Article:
Practicing what you preach


It’s been a little while since I posted here so what better way to get typing again than with a rant…

Of late I appear to be getting increasingly frustrated with organisations and people in the online field who would rather pontificate than act, would rather post messages on social media sites than show the results of their actions. Most of my frustrations come from watching posts on Twitter, which to be fair is not perhaps the most level-headed channel to understand people’s points of view…

But while we’re here, let’s pick out a few in particular:

1. Technology companies who claim to be “Customer Experience Management” gurus.

Increasingly I find that companies who have a software tool that helps website owners and marketing people measure people’s interactions on the web and other digital channels are starting to claim a sort of user experience high ground. By adding up how many people reach page X, click on Y link or view error page Z after typing A B and C into a form, they think this shows how to “fix” an online user experience. Yeah I’m looking at you, big analytics companies!

Your tools do not suggest solutions, they only find problems. And that’s if you can filter the wheat from the chaff (which takes humans to work out, btw). Starting with problems is not a bad place to start. However it does not lead you to a path of Customer Experience “Management”. It does show you how to stem Customer Experience Cock Ups. It will not make step changes in the way you serve customers.

If your version of the term “Management” means “reducing cock-ups” then I’m good with that, but don’t try to tell me this will make my business somehow revolutionary amongst my competitors. It may well make my business competent amongst my competitors. I suggest you go and read about the Kano model immediately and then come back to me with a more authentic value proposition.

2. Consultants who think by defining a label or new buzzword they have just the solution to a practical business problem.

Unfortunately perhaps, most businesses do not live in the world of management consultancy, theory text books or hypothetical debating chambers. Telling people that they need a content strategy or a user experience audit or better still “enhanced social engagement” will not actually improve their digital woes. Much less fix them.

By better defining a type of service, whether this be social media monitoring, content strategy or even interaction design you do not add any value to anything apart from perhaps your own marketing. “Doing it” is where the action is, not “talking about doing it”. If you can market yourself by showing how you have done a very similar thing in the past and demonstrate the measurable value created as a result, then more power to you. Disagreeing about whether copywriting for SEO is the same as content strategy or not is not getting you very far.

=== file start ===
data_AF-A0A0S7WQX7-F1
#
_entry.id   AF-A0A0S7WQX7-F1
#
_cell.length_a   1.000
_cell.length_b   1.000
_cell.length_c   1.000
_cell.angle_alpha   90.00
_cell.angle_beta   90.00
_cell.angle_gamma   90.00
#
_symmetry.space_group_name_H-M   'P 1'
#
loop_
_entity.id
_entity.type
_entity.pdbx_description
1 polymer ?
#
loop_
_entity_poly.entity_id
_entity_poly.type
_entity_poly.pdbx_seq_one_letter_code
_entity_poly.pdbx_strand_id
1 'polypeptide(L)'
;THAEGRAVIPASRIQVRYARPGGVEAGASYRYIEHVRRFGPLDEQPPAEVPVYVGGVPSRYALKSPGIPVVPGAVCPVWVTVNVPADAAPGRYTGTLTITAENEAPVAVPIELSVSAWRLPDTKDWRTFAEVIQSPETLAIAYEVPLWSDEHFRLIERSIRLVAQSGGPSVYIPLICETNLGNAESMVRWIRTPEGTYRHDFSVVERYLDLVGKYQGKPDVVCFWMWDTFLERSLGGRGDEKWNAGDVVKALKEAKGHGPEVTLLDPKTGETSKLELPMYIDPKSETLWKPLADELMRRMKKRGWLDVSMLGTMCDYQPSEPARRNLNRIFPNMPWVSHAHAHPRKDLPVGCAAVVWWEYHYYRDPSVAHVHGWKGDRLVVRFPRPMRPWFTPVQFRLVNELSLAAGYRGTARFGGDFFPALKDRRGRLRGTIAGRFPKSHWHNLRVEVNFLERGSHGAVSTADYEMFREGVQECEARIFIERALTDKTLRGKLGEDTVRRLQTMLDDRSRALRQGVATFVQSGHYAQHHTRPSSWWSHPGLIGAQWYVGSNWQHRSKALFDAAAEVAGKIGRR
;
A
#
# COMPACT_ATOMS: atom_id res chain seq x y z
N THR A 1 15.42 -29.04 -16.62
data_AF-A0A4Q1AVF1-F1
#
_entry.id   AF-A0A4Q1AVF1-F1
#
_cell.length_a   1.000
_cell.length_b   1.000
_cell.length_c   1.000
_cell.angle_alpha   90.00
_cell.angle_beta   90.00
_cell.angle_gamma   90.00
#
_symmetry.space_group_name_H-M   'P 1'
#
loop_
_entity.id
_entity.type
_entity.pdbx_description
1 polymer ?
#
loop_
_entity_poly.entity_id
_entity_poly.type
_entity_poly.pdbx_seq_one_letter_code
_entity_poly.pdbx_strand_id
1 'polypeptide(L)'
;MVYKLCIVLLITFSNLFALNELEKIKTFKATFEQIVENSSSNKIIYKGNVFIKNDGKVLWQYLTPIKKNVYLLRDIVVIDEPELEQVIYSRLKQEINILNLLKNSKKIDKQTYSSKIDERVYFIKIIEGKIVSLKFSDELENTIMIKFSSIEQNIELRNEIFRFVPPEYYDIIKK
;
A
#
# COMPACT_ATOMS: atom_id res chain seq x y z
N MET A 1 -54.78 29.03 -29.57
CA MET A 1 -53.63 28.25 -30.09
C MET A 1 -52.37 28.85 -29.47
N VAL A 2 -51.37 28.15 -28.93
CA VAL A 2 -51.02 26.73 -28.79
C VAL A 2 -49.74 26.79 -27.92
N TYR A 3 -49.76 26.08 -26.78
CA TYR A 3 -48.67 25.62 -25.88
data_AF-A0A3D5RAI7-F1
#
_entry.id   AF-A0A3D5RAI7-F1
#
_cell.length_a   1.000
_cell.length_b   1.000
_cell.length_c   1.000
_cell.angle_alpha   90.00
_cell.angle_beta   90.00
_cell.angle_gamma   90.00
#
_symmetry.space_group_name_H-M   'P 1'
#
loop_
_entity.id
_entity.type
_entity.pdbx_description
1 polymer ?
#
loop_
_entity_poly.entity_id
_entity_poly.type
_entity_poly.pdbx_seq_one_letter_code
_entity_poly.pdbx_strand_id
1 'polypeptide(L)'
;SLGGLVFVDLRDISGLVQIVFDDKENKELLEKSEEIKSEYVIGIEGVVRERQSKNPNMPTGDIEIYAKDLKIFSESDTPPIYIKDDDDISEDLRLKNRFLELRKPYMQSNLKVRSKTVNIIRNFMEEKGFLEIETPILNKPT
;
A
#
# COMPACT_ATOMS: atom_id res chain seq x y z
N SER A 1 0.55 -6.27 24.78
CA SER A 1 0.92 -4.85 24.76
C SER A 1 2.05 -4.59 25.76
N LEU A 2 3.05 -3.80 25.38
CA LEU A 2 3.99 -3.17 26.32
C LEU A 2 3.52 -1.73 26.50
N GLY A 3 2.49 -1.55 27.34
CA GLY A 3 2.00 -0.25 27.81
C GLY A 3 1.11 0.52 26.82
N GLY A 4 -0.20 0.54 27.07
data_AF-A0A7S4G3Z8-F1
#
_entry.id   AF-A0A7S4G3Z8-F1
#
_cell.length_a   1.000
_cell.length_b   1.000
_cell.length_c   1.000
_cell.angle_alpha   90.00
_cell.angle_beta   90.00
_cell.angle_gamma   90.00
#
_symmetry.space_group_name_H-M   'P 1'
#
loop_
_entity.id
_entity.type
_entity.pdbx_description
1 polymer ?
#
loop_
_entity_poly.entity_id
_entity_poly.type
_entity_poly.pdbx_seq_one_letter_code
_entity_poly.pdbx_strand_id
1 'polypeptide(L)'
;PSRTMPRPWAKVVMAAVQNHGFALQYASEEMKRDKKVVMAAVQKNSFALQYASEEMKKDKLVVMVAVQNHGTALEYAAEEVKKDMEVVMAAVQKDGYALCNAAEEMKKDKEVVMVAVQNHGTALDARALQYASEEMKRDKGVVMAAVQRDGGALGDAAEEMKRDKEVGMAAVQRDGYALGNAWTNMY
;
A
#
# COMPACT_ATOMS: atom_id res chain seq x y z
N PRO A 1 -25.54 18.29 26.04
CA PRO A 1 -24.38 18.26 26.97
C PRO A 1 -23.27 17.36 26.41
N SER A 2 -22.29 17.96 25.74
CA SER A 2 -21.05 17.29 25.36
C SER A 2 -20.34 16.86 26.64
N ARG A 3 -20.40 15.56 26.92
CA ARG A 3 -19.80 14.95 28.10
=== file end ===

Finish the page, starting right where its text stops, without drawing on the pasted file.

My experience is, the further up the hierarchy of a business you get, the more people worry about delivering their “number.” They care more about the bottom line, and that means they are paying people to *do stuff*. More than that they pay people to do stuff that makes sense to them and sounds like a practical and feasible solution to their issue as they perceive it.

As a consultant, then, your main focus should be on driving action, whether this is your own action or the actions of the company with whom you are consulting. Your main aim should not be publishing books about driving action. (That is, unless you are David Allen, because his books are *actually very good*)

When I look at the schedule for this forthcoming relatively high profile Content Strategy event, it makes me weep. Really, how will attending this event help me fix practical content issues in my business?

3. Sales people for technical organisations who, when asked a slightly more technical question say, “I’ll have to ask my techies to get back to you”

If you work for an Internet company that makes stuff for the web, no matter whether you’re the CEO or the janitor (more or less) I believe that you should be able to answer basic questions about your product and how it works. If you answer a question about simple HTML with a “Oh, I’m sorry I’m not the technical one here, I’m just the layman…” you do not win brownie points. It is just frustrating.

Similarly I’m no Java developer, but I’ve found it pays to know enough to be dangerous. The web is fast moving, multi-faceted and requires understanding of many skill sets from business and marketing to design and content to development and code. But in 2011 there’s not many excuses for not knowing your stuff.

To massively mix a metaphor, the Internet is made of markup and if you don’t know your onions then what kind of allotment are you cultivating?


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